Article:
A contact-tracing application, Aarogya Setu (meaning ‘health bridge’), was launched by the Central Government on April 2, 2020, for effectively tracking COVID-19 infected persons and alarming the application users about the same. However, the app has attracted much scepticism from cyber experts who worry that this might turn into an instrument for mass governmental surveillance, infringing users’ privacy.
The app, developed by the National Informatics Centre (NIC), under the aegis of the Ministry of Electronics and Information Technology (MeitY), uses a smartphone’s Bluetooth and GPS to detect any encounters with an individual tested positive for COVID-19. Both these features are required to be kept active throughout the day. Bluetooth detects if one has been in the vicinity of an infected person (has to be a registered user of the app). At the same time, the location determines the infected area in which the user is present. In addition to this, the app requires the following personal details of the users to be filled: (i) name, (ii) phone number, (iii) age, (iv) sex, (v) profession, and (vi) countries visited in the last 30 days.
The Privacy Hazards
The Hon’ble Supreme Court, in the case of Justice K.S. Puttaswamy v. Union of India, while recognising the right to privacy as a fundamental right, ascertained that any curtailment of the same has to satisfy four requirements:
- Proportionality, and
Though the app seems to be necessary and proportional, it heavily lacks any legality and safeguards. India, as of today, does not possess any distinct personal data protection law as the Personal Data Protection Bill, 2019 is still under analysis by the joint parliamentary committee. In the absence of any legal framework governing the app, there are high risks of data breaches, lack of accountability and enforcement, no regulation of the data collected and its use and unavailability of requisite remedies. The app does not mention any existing law under which it is administered.
The continuous location surveillance (every fifteen minutes) of the app is a major point of concern as recording individual’s whereabouts, regularly, has grave repercussions for data protection and human rights principles. It is cardinal to understand that if there is any need for recording location data, at all, for detecting the spread of the virus. The Centers for Disease Control and Prevention (CDC) states that the primary mode of spreading of the coronavirus is from person to person who are in close contact with each other (within about six feet). Thus, large public gatherings, as well as indoor environment, can be highly risky. GPS tracking merely gives an estimate of the location of the user and not the six feet proximity information, which is essential to measure the levels of exposure to the virus.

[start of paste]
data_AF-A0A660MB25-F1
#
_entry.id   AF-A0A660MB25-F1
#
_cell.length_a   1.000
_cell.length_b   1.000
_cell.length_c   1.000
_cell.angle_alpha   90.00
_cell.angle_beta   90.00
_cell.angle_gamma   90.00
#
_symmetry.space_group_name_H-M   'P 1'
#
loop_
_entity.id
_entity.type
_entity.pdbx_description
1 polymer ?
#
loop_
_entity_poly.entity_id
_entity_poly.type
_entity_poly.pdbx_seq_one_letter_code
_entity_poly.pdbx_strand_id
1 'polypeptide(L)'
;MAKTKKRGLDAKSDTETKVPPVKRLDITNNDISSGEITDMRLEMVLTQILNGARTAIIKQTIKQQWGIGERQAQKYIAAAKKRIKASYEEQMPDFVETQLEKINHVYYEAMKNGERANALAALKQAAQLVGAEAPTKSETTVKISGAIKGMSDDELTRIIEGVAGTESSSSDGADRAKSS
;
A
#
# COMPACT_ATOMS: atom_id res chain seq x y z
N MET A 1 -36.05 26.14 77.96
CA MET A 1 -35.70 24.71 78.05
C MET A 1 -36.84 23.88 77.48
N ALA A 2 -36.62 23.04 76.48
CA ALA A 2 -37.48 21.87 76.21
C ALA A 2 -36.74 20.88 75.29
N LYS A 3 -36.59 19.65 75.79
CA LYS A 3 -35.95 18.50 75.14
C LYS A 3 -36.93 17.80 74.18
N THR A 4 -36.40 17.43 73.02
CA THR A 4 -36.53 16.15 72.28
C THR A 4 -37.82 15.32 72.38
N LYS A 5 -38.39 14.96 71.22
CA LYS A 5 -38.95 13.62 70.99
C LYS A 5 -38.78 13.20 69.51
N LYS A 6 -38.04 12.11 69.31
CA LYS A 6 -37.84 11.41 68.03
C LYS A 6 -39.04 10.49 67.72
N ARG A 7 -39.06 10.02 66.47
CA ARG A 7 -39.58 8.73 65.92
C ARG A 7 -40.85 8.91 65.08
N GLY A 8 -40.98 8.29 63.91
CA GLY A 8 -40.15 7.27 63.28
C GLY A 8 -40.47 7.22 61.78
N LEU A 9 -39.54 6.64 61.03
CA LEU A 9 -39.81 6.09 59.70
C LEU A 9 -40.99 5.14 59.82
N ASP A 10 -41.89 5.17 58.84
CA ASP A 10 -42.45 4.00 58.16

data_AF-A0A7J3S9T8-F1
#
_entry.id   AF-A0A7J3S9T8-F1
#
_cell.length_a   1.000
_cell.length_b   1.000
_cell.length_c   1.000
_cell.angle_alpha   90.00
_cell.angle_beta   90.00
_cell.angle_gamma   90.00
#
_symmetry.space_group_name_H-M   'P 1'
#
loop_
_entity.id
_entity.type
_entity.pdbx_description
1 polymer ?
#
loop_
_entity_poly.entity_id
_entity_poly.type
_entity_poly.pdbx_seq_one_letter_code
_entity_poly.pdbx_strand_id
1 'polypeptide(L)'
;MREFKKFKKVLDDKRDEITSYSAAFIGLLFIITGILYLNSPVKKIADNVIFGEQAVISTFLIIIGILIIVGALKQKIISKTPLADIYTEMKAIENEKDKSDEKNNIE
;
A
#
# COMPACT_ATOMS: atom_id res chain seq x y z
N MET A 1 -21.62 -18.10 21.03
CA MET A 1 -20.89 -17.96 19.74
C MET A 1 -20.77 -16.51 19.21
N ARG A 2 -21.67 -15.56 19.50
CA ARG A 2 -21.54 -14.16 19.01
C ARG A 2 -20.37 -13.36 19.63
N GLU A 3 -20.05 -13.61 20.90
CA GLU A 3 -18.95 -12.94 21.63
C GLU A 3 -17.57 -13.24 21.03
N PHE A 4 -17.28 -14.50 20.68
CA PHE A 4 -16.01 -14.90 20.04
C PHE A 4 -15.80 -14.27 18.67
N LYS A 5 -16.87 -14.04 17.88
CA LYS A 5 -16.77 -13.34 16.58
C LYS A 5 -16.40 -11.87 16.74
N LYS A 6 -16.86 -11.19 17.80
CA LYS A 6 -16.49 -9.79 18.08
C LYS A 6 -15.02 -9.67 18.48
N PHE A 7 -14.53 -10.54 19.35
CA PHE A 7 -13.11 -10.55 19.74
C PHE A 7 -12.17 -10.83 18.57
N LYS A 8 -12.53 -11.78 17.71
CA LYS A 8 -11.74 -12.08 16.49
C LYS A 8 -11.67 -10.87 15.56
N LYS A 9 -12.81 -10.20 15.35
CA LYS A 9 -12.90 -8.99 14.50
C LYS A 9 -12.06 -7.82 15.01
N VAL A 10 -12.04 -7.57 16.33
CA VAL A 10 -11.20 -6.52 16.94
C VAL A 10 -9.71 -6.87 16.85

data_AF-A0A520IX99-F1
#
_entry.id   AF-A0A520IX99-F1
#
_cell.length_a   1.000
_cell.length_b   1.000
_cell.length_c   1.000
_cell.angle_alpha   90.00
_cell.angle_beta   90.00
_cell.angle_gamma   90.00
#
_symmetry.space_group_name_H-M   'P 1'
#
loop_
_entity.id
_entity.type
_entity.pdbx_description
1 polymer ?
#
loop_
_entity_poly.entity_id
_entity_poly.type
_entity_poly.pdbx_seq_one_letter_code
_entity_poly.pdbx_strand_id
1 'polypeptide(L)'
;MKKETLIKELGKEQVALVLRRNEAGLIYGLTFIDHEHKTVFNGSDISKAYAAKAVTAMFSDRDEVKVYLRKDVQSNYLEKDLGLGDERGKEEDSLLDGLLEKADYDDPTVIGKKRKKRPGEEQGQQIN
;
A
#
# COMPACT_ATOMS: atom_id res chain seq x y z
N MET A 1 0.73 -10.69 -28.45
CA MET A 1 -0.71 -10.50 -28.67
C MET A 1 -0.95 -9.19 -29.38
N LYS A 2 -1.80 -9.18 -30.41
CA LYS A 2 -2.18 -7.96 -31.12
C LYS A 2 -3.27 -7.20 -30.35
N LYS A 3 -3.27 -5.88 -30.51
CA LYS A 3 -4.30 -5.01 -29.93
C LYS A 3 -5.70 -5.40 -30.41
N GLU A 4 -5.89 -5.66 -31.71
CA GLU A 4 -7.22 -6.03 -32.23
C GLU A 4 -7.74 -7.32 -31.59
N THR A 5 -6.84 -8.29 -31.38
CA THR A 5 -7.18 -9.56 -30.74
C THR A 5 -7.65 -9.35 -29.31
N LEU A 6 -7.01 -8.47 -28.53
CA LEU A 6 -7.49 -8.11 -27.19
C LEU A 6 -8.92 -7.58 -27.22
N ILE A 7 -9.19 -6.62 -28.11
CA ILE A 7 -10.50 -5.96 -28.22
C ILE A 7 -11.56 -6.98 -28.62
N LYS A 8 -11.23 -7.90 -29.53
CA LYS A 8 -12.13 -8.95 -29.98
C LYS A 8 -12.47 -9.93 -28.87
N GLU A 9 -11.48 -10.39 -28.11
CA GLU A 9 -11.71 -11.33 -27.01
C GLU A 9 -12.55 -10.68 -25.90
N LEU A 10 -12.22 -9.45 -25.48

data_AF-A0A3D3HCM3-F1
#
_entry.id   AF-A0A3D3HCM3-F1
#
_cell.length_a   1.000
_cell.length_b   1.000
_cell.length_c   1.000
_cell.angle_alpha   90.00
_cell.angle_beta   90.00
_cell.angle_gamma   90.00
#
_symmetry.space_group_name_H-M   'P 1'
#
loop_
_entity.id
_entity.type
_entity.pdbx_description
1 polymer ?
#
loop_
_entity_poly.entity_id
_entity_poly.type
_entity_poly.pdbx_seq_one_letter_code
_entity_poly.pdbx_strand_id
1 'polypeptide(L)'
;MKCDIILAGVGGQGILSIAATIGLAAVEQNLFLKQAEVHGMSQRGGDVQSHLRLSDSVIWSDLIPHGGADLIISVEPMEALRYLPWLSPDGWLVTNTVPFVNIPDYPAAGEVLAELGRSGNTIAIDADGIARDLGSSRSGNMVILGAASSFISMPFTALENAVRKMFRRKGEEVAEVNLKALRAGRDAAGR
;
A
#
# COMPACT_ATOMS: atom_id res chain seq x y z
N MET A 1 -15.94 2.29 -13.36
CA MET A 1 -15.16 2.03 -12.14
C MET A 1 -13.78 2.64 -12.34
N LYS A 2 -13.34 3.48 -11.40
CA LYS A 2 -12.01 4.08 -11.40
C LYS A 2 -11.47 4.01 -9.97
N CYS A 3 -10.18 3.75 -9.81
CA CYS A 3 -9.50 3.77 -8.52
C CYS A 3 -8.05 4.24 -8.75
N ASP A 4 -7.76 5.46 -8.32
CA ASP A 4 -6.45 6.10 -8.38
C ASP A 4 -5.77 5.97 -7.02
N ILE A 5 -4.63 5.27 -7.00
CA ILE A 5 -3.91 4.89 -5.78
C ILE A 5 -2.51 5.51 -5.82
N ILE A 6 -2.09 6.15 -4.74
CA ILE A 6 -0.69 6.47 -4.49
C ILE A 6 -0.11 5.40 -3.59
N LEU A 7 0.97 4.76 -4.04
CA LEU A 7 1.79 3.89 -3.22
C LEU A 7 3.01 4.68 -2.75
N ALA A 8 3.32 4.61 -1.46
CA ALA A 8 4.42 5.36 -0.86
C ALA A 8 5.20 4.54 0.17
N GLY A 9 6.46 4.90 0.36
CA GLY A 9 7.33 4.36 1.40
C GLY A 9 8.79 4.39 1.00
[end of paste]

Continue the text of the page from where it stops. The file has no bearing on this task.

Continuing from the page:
Further, location data is not very reliable for indoor regions. The Internet Freedom Foundation (IFF) has also pointed out in its report that the Bluetooth based technology was ample for tracking purposes, as has been suggested by the Massachusetts Institute of Technology and adopted by Singapore in its TraceTogether app. Pairing it with location data considerably deviates it from “privacy-focused global standards”. The app fails to provide any explanation regarding the necessity of the use of both these features together for tracking, without it compromising the users’ privacy.
In a recent interview, Mr Lalitesh Katragadda, one of the developers of the app, stated that the data is controlled by NIC, although the servers are not yet managed by it. Currently, all data on the server is hosted by the Amazon Web Services. Will the hostage be ported? If yes, how and when will it be done? Once ported, who will be in charge of it? What kind of data is stored there? How exactly is the data “secured” on the server? Which authorities will be granted access to it? These questions remain unanswered.